6. 6. Acta Neurol Belg 3. 4. 5. 6. 7. 8. 9. 10. 11. 12. 13. 14. and understanding disease pathophysiology. Acta Neurol Belg 111:89–98 Kobelt G, Berg J, Atherly D, Hadjimichael O (2006) Costs and quality of life in multiple sclerosis: a cross-sectional study in the United States. Neurology 66:1696–1702 ¨ Henriksson F, Fredrikson S, Masterman T, Jonsson B (2001) Costs, quality of life and disease severity in multiple sclerosis: a cross-sectional study in Sweden. Eur J Neurol 8:27–35 Etgen T, Adler-Hunklinger U, Hemmer B (2012) Cognitive impairment as unusual first manifestation in late-onset relapsingremitting multiple sclerosis. Acta Neurol Belg 112:307–309 Reese JP, John A, Wienemann G, Wellek A, Sommer N, Tackenberg B et al (2011) Economic burden in a German cohort of patients with multiple sclerosis. Eur Neurol 66:311–321 Fattore G, Lang M, Pugliatti M (2012) Treatment experience, burden, and unmet needs (TRIBUNE) study—measuring the socioeconomic consequences of Multiple Sclerosis. Mult Scler 18:5–6 ´ ´ Velazquez-Quintana M, Macıas-Islas MA, Rivera-Olmos V, ´ Lozano-Zarate J (2003) Multiple sclerosis in Mexico: a multicentre study. Rev Neurol 36:1019–1022 Pugliatti M, Sotgiu S, Rosati G (2002) The worldwide prevalence of multiple sclerosis. Clin Neurol Neurosurg 104:182–191 Lana-Peixoto MA, Frota ER, Campos GB, Monteiro LP, Brazilian Committee for Treatment and Research in Multiple Sclerosis (2012) The prevalence of multiple sclerosis in Belo Horizonte, Brazil. Arq Neuropsiquiatr 70:102–107 Risco J, Maldonado H, Luna L, Osada J, Ruiz P, Juarez A et al (2011) Latitudinal prevalence gradient of multiple sclerosis in Latin America. Mult Scler 17:1055–1059 Romero M, Arango C, Alvis N, Suarez JC, Duque A (2011) The cost of treatment of multiple sclerosis in Colombia. Value Health 14:S48–S50 Noyes K, Bajorska A, Chappel A, Schwid SR, Mehta LR, Weinstock-Guttman B et al (2011) Cost-effectiveness of diseasemodifying therapy for multiple sclerosis: a population-based study. Neurology 77:355–363 ´ Sanchez-de la Rosa R, Sabater E, Casado MA, Arroyo R (2012) Cost-effectiveness analysis of disease modifying drugs 123 15. 16. 17. 18. 19. 20. 21. 22. 23. 24. (interferons and glatiramer acetate) as first line treatments in remitting-relapsing multiple sclerosis patients. J Med Econ 15:424–433 ´ Sanchez-De la Rosa R, Sabater E, Casado MA (2011) Budget impact analysis of the first-line treatment of relapsing remitting multiple sclerosis in Spain. Rev Neurol 53:129–138 Manouchehrinia A, Constantinescu CS (2012) Cost-effectiveness of disease-modifying therapies in multiple sclerosis. Curr Neurol Neurosci Rep 12:592–600 ´ ´ ´ ˜ Carra A, Macıas-Islas MA, Gabbai AA, Correale J, Bolana C, Sotelo ED et al (2011) Optimizing outcomes in multiple sclerosis: consensus guidelines for the diagnosis and treatment of multiple sclerosis in Latin America. Ther Adv Neurol Disord 4:349–360 ´ ´ ´ ´ Casado V, Martınez-Yelamos S, Martınez-Yelamos A, Carmona O, Alonso L, Romero L et al (2006) Direct and indirect costs of Multiple Sclerosis in Baix Llobregat (Catalonia, Spain), according to disability. BMC Health Serv Res 6:143 Schoenen J, Gianni F, Schretlen L, Sobocki P (2006) Cost estimates of brain disorders in Belgium. Acta Neurol Belg 106:208–214 Oleen-Burkey M, Castelli-Haley J, Lage MJ, Johnson KP (2012) Burden of a multiple sclerosis relapse: the patient’s perspective. Patient 5:57–69 Triantafyllou N, Triantafillou A, Tsivgoulis G (2009) Validity and reliability of the Greek version of the multiple sclerosis international quality-of-life questionnaire. J Clin Neurol 5:173–177 Zwibel HL, Smrtka J (2011) Improving quality of life in multiple sclerosis: an unmet need. Am J Manag Care 17:S139–145 Hawton A, Green C, Telford CJ, Wright DE, Zajicek JP (2012) The use of multiple sclerosis condition-specific measures to inform health policy decision-making: mapping from the MSWS12 to the EQ-5D. Mult Scler 18:853–861 Agashivala N, Kim E (2012) Cost-effectiveness of early initiation of fingolimod versus delayed initiation after 1 year of intramuscular interferon beta-1a in patients with multiple sclerosis. Clin Ther 34:1583–1590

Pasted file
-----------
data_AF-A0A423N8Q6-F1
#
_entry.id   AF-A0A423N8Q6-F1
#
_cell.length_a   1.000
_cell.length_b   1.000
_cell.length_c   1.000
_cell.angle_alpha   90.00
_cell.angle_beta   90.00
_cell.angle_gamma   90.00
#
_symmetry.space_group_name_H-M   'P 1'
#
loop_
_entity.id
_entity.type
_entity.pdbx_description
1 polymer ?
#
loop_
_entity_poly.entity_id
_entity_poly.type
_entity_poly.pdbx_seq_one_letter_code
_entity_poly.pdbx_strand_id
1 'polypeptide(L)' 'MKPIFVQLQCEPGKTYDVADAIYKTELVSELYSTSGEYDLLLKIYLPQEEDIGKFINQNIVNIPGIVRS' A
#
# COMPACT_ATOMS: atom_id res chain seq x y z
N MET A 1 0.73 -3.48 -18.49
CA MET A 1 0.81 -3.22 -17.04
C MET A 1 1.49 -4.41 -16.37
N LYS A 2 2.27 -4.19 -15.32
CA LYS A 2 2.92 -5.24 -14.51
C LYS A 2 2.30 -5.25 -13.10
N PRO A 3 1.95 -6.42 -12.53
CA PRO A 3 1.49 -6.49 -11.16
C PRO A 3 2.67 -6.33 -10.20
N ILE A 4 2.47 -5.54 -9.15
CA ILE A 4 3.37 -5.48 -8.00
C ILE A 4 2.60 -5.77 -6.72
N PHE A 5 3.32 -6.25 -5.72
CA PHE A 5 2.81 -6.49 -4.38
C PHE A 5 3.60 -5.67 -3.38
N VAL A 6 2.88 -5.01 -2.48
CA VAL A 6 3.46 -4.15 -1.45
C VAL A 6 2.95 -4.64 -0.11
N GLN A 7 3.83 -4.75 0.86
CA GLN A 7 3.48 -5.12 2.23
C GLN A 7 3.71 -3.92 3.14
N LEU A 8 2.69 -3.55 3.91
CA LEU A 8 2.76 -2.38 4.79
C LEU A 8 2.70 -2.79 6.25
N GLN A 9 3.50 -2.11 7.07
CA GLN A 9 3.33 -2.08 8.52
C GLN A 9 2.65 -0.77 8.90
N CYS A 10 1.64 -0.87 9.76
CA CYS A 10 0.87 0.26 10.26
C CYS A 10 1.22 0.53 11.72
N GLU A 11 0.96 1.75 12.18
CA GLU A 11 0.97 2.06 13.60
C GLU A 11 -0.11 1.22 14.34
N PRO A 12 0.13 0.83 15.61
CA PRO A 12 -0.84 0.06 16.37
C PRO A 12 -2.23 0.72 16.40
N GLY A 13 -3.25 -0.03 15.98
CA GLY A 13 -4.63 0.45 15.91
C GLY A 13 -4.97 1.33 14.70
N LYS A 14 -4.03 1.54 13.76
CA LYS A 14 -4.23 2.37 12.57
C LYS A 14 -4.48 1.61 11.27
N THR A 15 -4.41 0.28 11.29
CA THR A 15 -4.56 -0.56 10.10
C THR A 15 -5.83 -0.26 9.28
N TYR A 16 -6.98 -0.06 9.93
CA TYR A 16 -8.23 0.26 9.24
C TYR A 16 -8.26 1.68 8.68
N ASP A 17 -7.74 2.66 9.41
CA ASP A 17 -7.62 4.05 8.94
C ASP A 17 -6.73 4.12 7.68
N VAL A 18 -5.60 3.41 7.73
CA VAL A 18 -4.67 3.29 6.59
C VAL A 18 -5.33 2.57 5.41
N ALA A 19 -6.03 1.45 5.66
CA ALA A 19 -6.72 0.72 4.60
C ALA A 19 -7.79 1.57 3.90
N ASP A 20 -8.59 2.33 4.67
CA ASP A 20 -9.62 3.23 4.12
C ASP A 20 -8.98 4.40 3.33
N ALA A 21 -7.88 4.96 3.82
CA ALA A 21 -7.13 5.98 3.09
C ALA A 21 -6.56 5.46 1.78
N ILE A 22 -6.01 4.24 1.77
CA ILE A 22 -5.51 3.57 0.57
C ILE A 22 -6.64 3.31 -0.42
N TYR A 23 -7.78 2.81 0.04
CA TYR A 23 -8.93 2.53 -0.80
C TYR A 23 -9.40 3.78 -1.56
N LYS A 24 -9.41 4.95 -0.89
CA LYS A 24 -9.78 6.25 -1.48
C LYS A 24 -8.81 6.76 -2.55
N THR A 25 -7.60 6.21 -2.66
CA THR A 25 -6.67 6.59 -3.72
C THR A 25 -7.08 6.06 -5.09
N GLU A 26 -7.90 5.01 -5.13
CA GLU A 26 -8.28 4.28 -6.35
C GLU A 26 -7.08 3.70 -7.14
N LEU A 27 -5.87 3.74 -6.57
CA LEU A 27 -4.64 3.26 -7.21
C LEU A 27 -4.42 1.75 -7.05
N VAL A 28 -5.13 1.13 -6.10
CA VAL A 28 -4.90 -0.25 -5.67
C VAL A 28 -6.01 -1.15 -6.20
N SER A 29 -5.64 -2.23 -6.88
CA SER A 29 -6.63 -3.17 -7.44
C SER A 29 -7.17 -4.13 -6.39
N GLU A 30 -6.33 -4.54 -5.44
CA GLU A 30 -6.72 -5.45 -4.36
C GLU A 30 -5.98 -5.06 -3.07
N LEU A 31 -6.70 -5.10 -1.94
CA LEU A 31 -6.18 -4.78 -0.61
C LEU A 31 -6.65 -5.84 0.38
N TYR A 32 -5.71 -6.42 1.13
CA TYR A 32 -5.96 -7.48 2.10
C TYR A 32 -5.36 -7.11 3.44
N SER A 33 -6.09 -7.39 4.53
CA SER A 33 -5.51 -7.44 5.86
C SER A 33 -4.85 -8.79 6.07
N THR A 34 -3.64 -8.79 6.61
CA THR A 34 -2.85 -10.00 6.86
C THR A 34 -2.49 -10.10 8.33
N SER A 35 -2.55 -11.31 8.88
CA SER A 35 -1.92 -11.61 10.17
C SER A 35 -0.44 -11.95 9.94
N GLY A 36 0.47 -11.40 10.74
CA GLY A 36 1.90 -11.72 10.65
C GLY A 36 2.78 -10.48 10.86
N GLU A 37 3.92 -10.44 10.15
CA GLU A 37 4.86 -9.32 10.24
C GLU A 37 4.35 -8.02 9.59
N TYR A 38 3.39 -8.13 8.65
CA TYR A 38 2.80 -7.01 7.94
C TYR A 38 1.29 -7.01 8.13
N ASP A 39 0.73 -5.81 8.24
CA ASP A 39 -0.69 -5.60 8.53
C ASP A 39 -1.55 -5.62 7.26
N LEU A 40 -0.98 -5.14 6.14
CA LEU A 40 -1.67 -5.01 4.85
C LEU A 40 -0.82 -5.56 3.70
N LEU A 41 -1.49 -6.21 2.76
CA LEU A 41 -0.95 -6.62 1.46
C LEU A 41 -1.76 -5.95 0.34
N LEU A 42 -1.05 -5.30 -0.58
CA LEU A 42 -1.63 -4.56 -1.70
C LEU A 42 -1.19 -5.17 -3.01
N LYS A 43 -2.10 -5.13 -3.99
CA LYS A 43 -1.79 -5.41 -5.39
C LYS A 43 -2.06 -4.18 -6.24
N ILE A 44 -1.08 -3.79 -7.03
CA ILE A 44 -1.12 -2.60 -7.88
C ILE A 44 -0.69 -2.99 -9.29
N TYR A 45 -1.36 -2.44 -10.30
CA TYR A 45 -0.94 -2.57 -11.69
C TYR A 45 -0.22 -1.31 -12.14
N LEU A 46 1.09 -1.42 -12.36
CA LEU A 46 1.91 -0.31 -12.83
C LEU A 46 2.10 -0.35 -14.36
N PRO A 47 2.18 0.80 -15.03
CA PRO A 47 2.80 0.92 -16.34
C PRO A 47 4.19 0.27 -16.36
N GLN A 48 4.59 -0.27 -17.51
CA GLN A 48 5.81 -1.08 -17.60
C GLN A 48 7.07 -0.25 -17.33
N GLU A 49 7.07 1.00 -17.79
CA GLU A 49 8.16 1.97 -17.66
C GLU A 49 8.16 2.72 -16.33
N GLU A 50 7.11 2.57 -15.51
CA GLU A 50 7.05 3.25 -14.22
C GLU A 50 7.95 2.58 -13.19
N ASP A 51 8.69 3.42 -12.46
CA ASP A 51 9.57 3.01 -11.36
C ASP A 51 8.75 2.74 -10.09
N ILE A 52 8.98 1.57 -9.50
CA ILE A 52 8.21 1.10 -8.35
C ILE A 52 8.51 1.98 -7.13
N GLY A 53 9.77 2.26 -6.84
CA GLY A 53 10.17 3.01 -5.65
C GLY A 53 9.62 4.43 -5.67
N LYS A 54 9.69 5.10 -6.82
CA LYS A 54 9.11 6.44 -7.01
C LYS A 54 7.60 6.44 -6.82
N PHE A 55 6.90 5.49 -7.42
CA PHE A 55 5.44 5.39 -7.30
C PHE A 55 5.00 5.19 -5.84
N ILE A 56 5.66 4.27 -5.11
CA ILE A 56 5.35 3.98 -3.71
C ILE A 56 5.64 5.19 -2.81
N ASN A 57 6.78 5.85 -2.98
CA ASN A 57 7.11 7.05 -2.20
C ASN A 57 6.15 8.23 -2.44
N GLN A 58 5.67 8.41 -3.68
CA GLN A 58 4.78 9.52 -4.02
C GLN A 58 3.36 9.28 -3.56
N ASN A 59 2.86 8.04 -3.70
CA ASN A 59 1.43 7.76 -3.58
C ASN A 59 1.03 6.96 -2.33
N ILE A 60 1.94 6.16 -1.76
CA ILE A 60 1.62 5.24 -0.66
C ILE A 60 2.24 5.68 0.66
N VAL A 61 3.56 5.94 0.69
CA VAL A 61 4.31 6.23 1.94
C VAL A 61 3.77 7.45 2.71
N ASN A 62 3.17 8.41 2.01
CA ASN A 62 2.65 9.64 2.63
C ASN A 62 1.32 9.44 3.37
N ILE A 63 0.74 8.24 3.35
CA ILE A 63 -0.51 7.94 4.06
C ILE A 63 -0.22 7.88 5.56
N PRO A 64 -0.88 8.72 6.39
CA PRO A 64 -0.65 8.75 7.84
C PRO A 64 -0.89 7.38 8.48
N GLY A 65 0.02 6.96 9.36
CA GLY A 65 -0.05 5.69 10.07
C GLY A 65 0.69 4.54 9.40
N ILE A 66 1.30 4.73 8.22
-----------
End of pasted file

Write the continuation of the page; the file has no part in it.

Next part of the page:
×